SkillsUSA hosts first ever homecoming


Students danced to hits by artists such as Nicki Minaj and Pitbull at the first ever homecoming dance.

Isabella Antoon

Despite not having a football team, students at Communications High School attended the school’s first homecoming dance on Friday Nov. 3 in the cafeteria. The dance, which SkillsUSA President and senior Emma Wilenta of Wall said was conceptualized over the summer, featured many similarities to other schools’ homecoming dances, yet still had some unique aspects.

It’s different because there’s no homecoming football game to go with it like other high schools have,” Wilenta said. “Our court has a king and queen chaperone and a student in each grade as a prince or princess.”

In the weeks prior to the event, students nominated members of their grade for the homecoming court. They had the opportunity to vote for the court at the dance, and the Skills council announced the results towards the end of the night.

Eight students, two from each grade, were selected for the court, with math teachers Scott Stengele and Justine Lane crowned the King and Queen.

Freshman Steve Ostrom of Monmouth Beach was a member of the court representing his class, with fellow freshman Zoe Connor-Bennett of Ocean.

“It was such an honor to be one of the two that my classmates chose to be on the court,” Ostrom said, “It was a great night and I’m so glad I was able to go.”

Other members of the court included sophomores Matt Emery of Ocean and Brian Schade of Tinton Falls, juniors Kathryn Jemas of West Long Branch and Kyle Wheeler of Wall and seniors Jackie Geller of Manalapan and Kyle Galvin of Middletown.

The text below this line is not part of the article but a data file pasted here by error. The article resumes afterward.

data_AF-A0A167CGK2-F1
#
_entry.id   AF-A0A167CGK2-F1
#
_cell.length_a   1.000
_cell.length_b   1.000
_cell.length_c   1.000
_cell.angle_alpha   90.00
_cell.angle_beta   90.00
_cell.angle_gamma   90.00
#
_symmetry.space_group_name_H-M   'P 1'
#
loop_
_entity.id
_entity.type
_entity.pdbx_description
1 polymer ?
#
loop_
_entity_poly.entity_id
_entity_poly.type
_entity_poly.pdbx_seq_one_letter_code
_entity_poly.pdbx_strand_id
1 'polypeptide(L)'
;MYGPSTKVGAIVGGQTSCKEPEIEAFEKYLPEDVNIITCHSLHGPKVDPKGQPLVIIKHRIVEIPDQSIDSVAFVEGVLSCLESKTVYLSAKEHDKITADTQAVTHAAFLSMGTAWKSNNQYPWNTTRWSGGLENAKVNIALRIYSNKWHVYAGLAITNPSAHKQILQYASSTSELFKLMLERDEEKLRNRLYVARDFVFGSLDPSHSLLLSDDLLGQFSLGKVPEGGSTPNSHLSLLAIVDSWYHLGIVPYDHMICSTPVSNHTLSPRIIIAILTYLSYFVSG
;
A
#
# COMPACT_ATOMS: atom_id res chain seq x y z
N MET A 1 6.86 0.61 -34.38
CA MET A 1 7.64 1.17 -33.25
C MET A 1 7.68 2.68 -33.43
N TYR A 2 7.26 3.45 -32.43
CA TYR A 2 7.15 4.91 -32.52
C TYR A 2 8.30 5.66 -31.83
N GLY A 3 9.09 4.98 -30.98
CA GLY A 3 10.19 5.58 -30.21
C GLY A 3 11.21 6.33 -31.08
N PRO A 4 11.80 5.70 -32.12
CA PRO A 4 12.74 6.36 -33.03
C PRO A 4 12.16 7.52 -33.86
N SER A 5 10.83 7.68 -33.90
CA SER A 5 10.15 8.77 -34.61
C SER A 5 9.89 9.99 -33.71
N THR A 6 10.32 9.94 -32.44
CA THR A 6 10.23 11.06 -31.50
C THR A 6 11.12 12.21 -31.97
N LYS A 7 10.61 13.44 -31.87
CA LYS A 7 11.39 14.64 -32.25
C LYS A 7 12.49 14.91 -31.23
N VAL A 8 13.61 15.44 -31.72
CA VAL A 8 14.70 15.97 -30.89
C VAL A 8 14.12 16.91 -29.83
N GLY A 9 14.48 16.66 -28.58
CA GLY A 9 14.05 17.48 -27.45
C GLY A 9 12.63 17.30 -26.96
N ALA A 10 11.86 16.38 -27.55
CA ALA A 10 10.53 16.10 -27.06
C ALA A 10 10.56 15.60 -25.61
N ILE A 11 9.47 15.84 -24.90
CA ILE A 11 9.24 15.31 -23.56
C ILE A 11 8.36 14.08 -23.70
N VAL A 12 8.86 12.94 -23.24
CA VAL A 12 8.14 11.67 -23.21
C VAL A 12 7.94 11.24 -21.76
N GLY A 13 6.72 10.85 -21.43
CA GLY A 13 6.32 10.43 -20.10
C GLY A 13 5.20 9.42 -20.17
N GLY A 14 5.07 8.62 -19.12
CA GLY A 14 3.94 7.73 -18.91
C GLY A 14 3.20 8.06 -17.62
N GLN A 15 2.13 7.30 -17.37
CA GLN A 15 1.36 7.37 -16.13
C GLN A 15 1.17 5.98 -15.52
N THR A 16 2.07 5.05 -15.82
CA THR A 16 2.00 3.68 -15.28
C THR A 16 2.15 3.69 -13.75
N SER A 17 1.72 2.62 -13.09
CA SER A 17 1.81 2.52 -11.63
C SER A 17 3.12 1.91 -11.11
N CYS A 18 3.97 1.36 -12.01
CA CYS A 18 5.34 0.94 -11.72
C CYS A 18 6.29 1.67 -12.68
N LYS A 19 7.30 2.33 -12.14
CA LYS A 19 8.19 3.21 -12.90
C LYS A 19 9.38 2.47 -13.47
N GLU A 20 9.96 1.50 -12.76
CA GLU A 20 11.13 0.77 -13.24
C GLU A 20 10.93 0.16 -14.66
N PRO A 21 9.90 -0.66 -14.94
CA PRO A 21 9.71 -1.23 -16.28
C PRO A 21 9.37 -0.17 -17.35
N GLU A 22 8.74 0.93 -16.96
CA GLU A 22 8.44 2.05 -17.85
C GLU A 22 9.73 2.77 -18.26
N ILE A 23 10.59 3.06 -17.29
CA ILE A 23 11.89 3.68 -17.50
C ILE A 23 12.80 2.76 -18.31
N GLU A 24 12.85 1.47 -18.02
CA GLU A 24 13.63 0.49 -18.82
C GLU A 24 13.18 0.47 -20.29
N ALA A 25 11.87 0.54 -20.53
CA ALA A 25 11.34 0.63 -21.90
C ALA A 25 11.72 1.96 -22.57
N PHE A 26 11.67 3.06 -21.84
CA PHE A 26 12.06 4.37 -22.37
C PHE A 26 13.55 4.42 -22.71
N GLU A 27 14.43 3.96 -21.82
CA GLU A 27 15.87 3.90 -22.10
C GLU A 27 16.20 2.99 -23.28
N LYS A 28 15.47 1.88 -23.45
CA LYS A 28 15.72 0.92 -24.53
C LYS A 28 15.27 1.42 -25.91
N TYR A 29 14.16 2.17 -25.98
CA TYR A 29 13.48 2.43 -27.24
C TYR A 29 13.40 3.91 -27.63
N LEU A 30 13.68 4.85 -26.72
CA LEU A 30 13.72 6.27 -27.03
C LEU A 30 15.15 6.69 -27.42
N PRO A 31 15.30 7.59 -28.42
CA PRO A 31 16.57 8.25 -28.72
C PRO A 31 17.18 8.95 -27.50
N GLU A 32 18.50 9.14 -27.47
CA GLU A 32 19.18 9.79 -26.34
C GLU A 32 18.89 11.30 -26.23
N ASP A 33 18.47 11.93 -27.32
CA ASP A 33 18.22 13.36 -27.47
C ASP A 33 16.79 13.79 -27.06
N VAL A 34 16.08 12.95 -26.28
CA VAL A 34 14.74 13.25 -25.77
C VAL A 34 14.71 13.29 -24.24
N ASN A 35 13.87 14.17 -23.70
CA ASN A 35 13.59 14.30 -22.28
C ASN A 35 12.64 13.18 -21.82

Skills USA Vice President and junior Connor Martin of Spring Lake Heights handled the finances and marketing for the night, including ticket design and sales.

I led the tickets committee, designing the tickets, printing advertising material and organizing the sale of tickets. In total, we sold over 250 tickets and made more than $2000,” Martin said.

Wilenta said the money made from the dance will help with the costs for the members of the club to attend and compete in competitions.

All of our money goes directly to members. We would never want someone to not join Skills USA for financial reasons, so all of our fundraisers, especially the dances, are super important because they have the potential to make a lot of money for Skills,” Wilenta said.

Students like Schade expressed their enjoyment of the event.

“It was a really fun night,” Schade said, “being chosen for the court was surreal to say the least, and I had a great time.